Epilepsy and low socio-economic status (SES) make for a deadly combination. Such patients are more likely to have uncontrolled seizures, drug-related side effects, and a lower overall quality of life.
The study also indicates that they used the hospital emergency room more often and had more visits to a general practitioner than epileptic patients at higher socioeconomic levels. Full findings are now available in Epilepsia, a journal published by Wiley-Blackwell on behalf of the International League Against Epilepsy.
The Centers for Disease Control and Prevention (CDC) estimates that two million Americans have epilepsy and roughly 140,000 new cases are diagnosed each year. Prior studies in epilepsy literature provide evidence of disparities in healthcare use between individuals of different SES. One study found that epileptic patients with incomes below the poverty level in California were 50% less likely than those with higher income (not in poverty) to report taking epilepsy medication.
"Current medical evidence is based on point-in-time comparisons across population and suggests that disparities in healthcare may be due to access difficulties," explains lead study author Dr. Charles E. Begley, Professor of Management & Health Sciences at the University of Texas Health Science Center in Houston. "Our study investigates disparities in healthcare over time, examining the impact of SES in patients with epilepsy who have access to regular care."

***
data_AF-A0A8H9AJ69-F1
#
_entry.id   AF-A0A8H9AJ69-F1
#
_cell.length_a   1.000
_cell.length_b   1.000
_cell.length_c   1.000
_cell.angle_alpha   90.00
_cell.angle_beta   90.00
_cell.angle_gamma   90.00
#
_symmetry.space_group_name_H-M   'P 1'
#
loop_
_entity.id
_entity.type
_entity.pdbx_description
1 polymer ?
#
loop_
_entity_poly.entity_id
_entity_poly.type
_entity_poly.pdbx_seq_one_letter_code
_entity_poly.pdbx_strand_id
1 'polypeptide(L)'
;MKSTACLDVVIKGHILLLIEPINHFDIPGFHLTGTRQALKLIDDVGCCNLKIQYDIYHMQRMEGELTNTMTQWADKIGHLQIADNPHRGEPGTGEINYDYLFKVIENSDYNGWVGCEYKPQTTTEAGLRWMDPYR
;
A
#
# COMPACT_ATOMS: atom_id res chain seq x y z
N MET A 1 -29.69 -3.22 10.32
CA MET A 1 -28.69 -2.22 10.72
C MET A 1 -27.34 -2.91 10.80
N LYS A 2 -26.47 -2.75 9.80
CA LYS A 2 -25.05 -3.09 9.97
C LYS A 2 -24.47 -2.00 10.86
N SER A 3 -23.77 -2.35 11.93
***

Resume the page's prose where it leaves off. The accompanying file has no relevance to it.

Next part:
Researchers enrolled 566 adult patients with epilepsy from three clinics in Houston and New York City serving a low-SES population, and one in Houston serving high-SES patients. Participants were interviewed at baseline regarding healthcare use, seizure frequency and type, anti-epileptic drug (AED) side effects, and outcomes during the prior three-month and one-year periods. The survey was repeated several times during the year-long study period.
Indicators of SES — income, education, employment, and insurance coverage — were significantly lower for patients at low-SES sites compared to the higher-SES site. Patients at the low-SES sites had consistently higher emergency room use and visits to the general practitioner. Throughout the one-year study period low-SES patients had significantly higher likelihoods of poor outcomes — 2.2 to 3.9 times more likely to have uncontrolled seizures and 4.9 to 16.3 times more likely to have AED side effects — compared with higher-SES patients.
The authors determined that significant disparities in patterns of care and outcomes of low and high-SES patients receiving regular care for epilepsy were persistent over the one-year study period. "Future research needs to examine specific site-related factors that may be associated with these disparities in care for individuals with epilepsy," concluded Dr. Begley.